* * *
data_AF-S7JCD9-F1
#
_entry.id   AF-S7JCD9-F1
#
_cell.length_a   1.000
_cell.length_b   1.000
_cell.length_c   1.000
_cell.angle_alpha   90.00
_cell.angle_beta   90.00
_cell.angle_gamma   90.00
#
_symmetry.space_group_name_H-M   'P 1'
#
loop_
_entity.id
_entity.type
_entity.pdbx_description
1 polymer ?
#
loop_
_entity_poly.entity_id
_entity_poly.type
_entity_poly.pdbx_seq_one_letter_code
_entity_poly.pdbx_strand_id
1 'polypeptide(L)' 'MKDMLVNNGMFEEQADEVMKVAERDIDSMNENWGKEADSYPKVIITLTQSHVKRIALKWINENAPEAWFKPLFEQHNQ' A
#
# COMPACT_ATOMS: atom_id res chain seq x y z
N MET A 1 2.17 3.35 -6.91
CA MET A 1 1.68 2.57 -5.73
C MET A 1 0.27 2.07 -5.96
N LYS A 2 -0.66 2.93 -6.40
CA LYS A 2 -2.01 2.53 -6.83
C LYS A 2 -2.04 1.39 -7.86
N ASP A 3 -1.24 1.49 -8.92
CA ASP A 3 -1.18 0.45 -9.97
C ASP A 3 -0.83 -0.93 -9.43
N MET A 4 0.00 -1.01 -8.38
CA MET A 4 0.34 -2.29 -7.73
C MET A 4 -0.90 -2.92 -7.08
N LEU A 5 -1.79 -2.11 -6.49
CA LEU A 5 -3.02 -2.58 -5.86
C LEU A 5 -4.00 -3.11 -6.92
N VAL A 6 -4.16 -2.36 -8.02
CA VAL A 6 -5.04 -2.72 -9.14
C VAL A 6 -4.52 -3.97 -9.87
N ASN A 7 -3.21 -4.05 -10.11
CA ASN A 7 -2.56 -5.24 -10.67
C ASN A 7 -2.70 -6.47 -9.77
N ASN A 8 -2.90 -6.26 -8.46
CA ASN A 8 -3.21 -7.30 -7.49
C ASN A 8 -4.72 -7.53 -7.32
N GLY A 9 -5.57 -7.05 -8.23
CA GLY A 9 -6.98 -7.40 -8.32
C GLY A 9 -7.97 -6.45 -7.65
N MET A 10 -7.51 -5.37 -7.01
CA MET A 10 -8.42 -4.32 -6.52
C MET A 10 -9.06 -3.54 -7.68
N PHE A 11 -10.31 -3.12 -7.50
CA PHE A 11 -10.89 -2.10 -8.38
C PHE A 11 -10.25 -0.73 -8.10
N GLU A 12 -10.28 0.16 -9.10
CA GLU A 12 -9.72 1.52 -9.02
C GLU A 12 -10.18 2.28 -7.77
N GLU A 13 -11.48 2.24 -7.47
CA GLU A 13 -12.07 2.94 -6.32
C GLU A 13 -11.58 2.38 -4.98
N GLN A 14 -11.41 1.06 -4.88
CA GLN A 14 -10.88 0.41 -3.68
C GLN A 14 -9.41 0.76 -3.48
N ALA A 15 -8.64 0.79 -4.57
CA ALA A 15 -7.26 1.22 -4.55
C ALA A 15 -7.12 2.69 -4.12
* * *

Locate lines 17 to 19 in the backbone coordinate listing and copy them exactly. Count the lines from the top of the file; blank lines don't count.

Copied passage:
_entity.pdbx_description
1 polymer ?
#